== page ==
I’d like to think that a business that is customer and service-first oriented will naturally find it easy to maintain brand authenticity. I also know that this is much easier said than done because balancing brand and customer needs with business and financial needs can at times feel like an endless tug of war.
I do believe that businesses that nurture their brands with care - meaning their messaging, their relationship with their customers, their content, their services (less the visuals though, and I realize the irony as I got into branding because I was a graphic designer) - will build the most loyal fan and customer bases in the long run, if they’re able to navigate the ‘running a business’ part successfully as well.
Finally, at the risk of turning a little preachy for a moment, I am convinced that brand authenticity, as defined above, is achieved by practicing utmost integrity in one’s decision making for the business.
Comparing Personal Brands vs. Business Brands
On a most basic level, personal and business brands are largely the same. The layman’s definition of a brand - ‘the way people feel when they think about you or your business is your brand’ - can apply to people as well as businesses.
Obviously there are a gazillion nuances to dissect, but the starkest difference between the two is that
personal brands are eternally fluid, whereas business brands are rather fixed.
The latter may undergo a rebrand every couple of years (though hopefully less frequently), where key elements of the brand are adjusted, but beyond that they aim to stay true to their defined brand guidelines.
Personal brands, obviously, cannot be that rigid. Bluntly put, a personal brand is the public’s opinion of a human being (maybe a group of people in the case of bands, sports teams, etc. though some of those may qualify as businesses more than personal brands). The brand is as fluid as the human being themself. As a person changes and evolves, so does their brand. You cannot define ‘the things you stand for’ and then stick with them for the next 5+ years on principle. You might undergo a life-altering experience and change your opinion on everything overnight. And that would be alright (though your PR person might hate you and you probably don’t want to plan on doing this).
The reason I bring it up is partly because I still see a lot of brand strategists trying to fit artists and creators into a specific box when ‘crafting their brand’ (and I will freely admit that I was guilty of the same practice years ago). I’ve since come to appreciate that an artist or individual’s brand needs to be more complex than what we allow it to be when we box it. Particularly because anything else is not actually real, or authentic if you will.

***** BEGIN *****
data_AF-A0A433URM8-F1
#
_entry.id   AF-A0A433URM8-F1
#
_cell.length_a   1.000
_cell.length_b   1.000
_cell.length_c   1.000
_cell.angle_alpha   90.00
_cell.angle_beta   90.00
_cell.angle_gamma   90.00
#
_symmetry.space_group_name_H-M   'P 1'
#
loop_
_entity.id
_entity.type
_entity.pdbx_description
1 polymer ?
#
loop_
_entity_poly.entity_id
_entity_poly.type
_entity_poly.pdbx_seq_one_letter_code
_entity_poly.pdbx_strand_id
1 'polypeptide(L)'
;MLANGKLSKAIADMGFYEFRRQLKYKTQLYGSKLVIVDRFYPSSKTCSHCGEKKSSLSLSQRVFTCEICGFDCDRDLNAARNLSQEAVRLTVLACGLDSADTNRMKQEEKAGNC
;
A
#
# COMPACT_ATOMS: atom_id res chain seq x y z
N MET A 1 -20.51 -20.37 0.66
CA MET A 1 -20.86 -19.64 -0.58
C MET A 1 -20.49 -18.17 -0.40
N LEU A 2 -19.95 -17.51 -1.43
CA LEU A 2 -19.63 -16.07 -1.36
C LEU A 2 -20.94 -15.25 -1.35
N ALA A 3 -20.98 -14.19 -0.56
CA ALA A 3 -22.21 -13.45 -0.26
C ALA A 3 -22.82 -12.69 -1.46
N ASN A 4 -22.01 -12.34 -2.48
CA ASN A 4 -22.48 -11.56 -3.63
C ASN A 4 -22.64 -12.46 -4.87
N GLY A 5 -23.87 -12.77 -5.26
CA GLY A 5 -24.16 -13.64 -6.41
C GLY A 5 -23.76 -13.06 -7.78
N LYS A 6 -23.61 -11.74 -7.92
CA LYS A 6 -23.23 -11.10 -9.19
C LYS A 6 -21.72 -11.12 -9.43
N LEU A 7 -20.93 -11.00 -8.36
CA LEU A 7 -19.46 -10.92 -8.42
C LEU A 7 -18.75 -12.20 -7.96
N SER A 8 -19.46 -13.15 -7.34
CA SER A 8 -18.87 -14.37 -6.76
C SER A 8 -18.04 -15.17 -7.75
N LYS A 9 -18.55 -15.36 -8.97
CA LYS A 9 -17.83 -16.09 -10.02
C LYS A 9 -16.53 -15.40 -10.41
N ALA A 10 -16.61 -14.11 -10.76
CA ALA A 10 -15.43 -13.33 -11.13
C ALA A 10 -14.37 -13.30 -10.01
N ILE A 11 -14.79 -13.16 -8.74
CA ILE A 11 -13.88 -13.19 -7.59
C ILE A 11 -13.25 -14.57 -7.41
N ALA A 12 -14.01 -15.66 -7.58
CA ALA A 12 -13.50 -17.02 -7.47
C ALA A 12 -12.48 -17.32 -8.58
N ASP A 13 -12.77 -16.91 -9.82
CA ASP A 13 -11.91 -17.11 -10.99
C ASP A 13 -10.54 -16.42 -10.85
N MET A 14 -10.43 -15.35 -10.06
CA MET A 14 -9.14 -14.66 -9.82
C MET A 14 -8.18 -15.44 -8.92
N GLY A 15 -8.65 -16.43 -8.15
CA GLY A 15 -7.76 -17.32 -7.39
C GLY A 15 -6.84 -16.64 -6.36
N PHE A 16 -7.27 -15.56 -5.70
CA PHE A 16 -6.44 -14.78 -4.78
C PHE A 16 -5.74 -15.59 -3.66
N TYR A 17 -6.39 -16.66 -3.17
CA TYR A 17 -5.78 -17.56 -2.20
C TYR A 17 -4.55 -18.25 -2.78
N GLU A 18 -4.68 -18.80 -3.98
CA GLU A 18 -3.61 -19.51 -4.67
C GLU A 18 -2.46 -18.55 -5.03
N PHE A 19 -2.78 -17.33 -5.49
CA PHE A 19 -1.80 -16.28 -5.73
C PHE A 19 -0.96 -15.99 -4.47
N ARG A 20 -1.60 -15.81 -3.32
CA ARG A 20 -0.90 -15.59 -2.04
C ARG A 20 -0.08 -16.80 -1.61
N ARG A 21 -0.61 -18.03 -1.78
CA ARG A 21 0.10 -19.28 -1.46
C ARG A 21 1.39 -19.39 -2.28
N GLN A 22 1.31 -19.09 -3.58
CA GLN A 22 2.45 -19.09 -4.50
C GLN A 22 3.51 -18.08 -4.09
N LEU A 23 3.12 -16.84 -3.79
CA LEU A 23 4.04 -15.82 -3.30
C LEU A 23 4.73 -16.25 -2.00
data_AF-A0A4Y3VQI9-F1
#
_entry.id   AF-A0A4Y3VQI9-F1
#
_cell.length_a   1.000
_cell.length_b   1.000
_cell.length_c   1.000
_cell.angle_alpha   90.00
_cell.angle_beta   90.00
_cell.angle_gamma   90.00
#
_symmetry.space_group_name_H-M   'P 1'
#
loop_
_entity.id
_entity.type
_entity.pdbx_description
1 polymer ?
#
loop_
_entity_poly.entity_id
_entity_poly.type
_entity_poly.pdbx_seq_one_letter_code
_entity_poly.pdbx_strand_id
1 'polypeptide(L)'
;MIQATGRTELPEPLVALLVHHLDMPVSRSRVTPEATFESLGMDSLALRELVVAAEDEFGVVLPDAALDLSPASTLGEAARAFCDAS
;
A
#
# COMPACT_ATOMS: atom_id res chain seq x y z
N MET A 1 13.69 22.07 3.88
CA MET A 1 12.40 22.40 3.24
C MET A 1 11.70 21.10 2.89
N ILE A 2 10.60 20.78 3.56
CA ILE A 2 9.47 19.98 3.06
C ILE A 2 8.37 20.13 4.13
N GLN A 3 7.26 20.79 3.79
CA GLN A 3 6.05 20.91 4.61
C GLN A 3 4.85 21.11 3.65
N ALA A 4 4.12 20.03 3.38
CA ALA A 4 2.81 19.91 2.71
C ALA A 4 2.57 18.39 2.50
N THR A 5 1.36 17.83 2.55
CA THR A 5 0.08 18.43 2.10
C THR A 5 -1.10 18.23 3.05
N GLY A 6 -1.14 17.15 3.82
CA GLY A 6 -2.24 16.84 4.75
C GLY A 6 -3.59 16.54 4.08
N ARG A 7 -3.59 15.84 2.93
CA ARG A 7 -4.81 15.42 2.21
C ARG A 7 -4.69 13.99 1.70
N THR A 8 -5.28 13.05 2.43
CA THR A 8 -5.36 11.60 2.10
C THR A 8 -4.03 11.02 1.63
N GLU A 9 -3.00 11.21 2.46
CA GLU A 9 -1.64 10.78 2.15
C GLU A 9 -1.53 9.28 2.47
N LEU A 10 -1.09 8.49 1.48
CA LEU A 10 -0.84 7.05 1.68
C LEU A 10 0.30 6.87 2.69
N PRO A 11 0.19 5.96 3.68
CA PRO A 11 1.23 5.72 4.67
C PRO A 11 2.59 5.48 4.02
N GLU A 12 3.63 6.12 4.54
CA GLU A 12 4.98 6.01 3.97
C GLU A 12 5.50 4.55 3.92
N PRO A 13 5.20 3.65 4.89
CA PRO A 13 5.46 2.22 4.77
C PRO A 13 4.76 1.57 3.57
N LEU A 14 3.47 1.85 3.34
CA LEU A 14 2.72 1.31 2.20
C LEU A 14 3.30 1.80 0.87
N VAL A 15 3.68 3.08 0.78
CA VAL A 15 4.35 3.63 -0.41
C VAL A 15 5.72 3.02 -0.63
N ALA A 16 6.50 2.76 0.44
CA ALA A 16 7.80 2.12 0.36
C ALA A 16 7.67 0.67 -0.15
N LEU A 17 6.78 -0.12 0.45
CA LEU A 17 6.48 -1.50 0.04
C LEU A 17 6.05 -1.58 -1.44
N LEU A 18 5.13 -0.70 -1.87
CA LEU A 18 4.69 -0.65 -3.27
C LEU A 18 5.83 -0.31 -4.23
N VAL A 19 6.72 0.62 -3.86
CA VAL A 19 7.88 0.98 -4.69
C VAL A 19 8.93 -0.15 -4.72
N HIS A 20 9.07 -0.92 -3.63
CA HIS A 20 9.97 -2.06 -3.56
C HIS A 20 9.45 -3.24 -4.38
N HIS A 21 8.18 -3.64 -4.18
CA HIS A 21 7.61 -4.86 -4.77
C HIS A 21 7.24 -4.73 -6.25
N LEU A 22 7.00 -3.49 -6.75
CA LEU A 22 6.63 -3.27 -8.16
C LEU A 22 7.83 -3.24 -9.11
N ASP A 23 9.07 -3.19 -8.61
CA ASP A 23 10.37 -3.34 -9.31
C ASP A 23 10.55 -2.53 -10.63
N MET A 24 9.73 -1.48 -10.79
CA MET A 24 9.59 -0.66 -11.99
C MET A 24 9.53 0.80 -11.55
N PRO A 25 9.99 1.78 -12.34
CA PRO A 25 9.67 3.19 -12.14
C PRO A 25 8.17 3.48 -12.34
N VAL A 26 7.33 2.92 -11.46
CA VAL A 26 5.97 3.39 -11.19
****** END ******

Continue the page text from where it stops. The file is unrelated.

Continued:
Historically, it would have made more sense to do this when stars still kept their private lives separate from their public faces, and I should adjust the above to acknowledge that anybody who wishes to retain that level of privacy in today’s age should decide which aspects of their lives get to be public and which don’t and craft a brand around them. But the unfortunate flip side to this is that it’s harder to be noticed and stay current in the public eye if you’re not also participating in the practice of sharing your life. Which is not to say that this fact should arm-twist people into having to share parts of their lives they don’t wish to - which would undoubtedly lead to an inauthentic presentation - but it’s a conscious choice that needs to be made with understanding and acceptance of the potential consequences.
The other thing to note about Personal vs. Business brands is that Content Creators fall into another, slightly hybrid, category between the two
(assuming the content creator is trying to do this professionally in some way and not just for shits and giggles).
It’s a popularly spouted fact that Content Creators should find a niche on which to focus their content on, so as to provide their audience with a clearer idea of what they can expect when they decide to follow/ commit to/ engage with them. The practice of niching automatically brings you closer to setting your brand up more like a business than a personality (which is not a bad thing ftr) because you’re setting yourself guidelines for how you want to approach appearing online, at least on specific platforms. You may decide that some social media platforms are more reserved for personal expression, whereas others are treated more strictly. As long as there is consistency, anything goes.
Alright, with all of the basic definitions out of the way, we should all be on the same page enough to dive in and dissect what authenticity means (can mean?) in the world of content creation, marketing and for the consumer.